I think for many of us our children comprise many of the roses on that garland that Our Lady offers to us.  Then there are our spouses, our friends, our parishes, and the gifts we’ve been given in living out our Christian calling.  When I consider my own garland, I know I don’t recognize some of the roses:  gifts sent to me by Mary, those “little graces” of the Christian life.  But I can strive to notice them!


Pope Leo XIII’s “Iucunda Semper Expectatione” (Day 7)

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Our quote today is from Pope Leo XIII’s “Iucunda Semper Expectatione” (1894).

The recourse we have to Mary in prayer  follows upon the office she continuously fills by the side of the throne of  God as Mediatrix of Divine grace; being by worthiness and by merit most  acceptable to Him, and, therefore, surpassing in power all the angels and  saints in Heaven.

Mary as Mediatrix is on our side, ready to have a chat with Jesus about our sufferings and intentions, ready to intervene because we are her children, too!

Pope Leo XIII Day 5: Magnae Dei Matris

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In Magnae Dei Matris, written in 1892, Pope Leo XIII describes the Mary as “the Mother of mercy” who comes to our side during our time of need:

When we have recourse to Mary in prayer, we  are having recourse to the Mother of mercy, who is so well disposed toward us  that, whatever the necessity that presses upon us especially in attaining  eternal life, she is instantly at our side of her own accord, even though she  has not been invoked. She dispenses grace with a generous hand from that  treasure with which from the beginning she was divinely endowed in fullest  abundance that she might be worthy to be the Mother of God. By the fullness of  grace which confers on her the most illustrious of her many titles, the  Blessed Virgin is infinitely superior to all the hierarchies of men and  angels, the one creature who is closest of all to Christ. “It is a great  thing in any saint to have grace sufficient for the salvation of many souls;  but to have enough to suffice for the salvation of everybody in the world, is  the greatest of all; and this is found in Christ and in the Blessed Virgin.”

The Amazing Grace of the Rosary

“Because though Mary couldn’t give me my baby, she could give me her heart. Though she couldn’t give me my child, she could give me her Son. And that day, I’m convinced she did.”

My first adult attempt at praying a full rosary wasn’t a good one.

I was nearly three months pregnant for the first time, and my husband and I were in the car on our way to a friend’s birthday party.  It should have been a beautiful time.  It should have been a rosary of joy and thanksgiving.  Instead, my first rosary was one of desperation.

rosary buttonI hadn’t been feeling well the previous few days.  I had lower back pain and cramps.  And my pregnancy symptoms, the ones that had been apparent from the start, had gradually disappeared over the course of the week.  “You’re reaching the end of your first trimester,” I was told. “That’s normal.”

It didn’t feel normal to me.  Not that I’d been pregnant before.  Not that I had anything to compare it to.  At my eight-week prenatal visit, the midwife had tried in vain to find my baby’s heartbeat. “No worries,” she said. “It’s still quite early to hear a heartbeat. You’re so small, though, I thought we might. We’ll hear it at the 12-week visit.”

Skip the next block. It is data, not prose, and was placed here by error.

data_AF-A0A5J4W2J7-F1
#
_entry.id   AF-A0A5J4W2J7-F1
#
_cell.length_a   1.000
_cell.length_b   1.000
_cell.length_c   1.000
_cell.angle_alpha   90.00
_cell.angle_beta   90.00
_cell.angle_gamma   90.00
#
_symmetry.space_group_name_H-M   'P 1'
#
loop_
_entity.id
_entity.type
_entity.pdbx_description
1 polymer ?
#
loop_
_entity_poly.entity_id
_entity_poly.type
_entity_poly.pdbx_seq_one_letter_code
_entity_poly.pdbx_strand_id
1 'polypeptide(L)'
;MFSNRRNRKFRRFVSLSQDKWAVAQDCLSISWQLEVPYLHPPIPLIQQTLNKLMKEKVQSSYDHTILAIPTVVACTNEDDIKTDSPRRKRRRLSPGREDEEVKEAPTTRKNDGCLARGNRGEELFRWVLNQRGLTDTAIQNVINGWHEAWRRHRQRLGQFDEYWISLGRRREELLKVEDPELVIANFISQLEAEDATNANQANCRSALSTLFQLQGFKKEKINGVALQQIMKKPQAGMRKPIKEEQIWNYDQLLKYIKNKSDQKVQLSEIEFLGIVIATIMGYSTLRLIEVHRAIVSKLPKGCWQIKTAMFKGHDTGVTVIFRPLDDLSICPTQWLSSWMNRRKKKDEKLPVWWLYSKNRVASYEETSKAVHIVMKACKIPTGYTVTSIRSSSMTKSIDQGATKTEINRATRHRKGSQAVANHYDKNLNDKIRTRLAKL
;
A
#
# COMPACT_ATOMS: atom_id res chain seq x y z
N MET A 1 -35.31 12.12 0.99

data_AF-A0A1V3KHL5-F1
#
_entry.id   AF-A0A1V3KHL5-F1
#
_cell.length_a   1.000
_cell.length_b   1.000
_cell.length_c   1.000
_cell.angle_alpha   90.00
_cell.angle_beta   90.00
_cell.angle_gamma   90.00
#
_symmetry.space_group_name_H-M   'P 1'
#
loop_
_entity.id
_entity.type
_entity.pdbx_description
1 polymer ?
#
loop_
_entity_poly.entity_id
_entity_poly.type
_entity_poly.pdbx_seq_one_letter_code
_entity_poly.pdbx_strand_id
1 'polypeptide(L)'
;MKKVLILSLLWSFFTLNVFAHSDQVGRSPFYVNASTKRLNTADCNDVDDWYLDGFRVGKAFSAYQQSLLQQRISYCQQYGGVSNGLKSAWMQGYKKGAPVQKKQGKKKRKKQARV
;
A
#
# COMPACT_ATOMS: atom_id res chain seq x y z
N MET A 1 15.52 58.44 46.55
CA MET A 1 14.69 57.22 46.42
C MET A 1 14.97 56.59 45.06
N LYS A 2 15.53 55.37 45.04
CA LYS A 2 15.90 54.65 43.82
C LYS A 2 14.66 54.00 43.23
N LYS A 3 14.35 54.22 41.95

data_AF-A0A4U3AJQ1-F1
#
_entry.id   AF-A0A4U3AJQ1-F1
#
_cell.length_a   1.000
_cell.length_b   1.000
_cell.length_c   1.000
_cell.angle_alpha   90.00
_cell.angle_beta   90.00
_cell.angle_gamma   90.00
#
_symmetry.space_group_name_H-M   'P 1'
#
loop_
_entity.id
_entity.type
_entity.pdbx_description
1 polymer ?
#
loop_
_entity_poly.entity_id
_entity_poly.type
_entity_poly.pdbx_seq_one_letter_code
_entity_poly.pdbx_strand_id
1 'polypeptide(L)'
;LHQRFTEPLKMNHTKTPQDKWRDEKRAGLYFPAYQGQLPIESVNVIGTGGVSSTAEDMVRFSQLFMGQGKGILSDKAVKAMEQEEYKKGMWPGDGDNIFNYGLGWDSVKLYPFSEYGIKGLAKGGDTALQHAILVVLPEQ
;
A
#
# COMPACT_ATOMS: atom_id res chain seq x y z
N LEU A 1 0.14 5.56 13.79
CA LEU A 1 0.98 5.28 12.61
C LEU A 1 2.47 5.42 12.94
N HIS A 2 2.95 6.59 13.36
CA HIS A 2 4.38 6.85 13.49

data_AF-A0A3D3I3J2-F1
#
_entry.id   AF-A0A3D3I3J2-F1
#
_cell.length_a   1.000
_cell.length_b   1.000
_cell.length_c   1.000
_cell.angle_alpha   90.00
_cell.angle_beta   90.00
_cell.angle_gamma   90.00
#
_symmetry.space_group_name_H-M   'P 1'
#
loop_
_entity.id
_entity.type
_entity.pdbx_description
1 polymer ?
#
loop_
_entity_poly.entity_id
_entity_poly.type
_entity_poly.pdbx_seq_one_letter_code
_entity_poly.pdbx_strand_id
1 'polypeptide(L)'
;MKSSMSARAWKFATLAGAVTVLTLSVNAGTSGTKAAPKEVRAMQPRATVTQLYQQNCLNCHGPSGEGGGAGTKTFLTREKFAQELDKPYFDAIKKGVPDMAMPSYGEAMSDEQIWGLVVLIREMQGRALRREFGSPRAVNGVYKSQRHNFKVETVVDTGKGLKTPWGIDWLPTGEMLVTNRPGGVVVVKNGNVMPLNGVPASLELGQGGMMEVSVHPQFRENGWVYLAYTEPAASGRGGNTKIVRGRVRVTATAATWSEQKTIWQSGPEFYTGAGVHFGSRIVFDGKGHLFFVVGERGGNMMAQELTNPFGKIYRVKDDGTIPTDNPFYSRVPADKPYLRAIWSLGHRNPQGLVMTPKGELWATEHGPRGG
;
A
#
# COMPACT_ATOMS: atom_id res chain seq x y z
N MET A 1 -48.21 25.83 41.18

But the lack of a heartbeat two weeks earlier, together with my lost pregnancy symptoms but gained premenstrual ones worried me. My husband tried to allay my fears, repeating the encouragement we’d been given by nurses, doctors, family and friends. But, in my heart, I felt something wasn’t right. On the way out the door, as we prepared for the one and a half hour drive to the party, I grabbed my rosary beads.

Though I rarely prayed a decade, and could not remember praying a full rosary in my adult life, I usually had beads around. Sometimes, they just sat on my dresser. Other times, they hung out in a pouch in my purse. But, they rarely made it to my hands.

On that day, though, the day of the birthday party, I held them tightly. In the car, I talked with God. I prayed the random Our Father or Hail Mary, but though I had the beads in my hand, I didn’t pray a single decade. Until we got within a half hour of the party and we passed a Catholic Church.

“Pull in!” I begged my husband.

Within minutes, he parked in the empty lot and I raced into the church. The abdominal pains were coming stronger now, but I still held out hope. I knelt into a pew and began to pray the rosary. I prayed it fervently, if slightly incorrectly, saying only the Our Father, the Hail Mary, and the Glory Be, not even knowing about the Hail, Holy Queen or the Oh, My Jesus prayers. I’m not even sure I said the Apostles’ Creed. But, I did pray five decades, the first time I remember ever doing so.

And, as I neared the final Glory Be, the miscarriage began. I was lost. Confused. I thought this could save my baby. In my immature faith, I clung tight to that hope I’d had.

 As we turned around and drove back home, towards the emergency room of our local hospital, questions raced through my head. I thought the rosary could bring miracles. Why do this? Why take my baby while I pray a rosary? What is that supposed to tell me?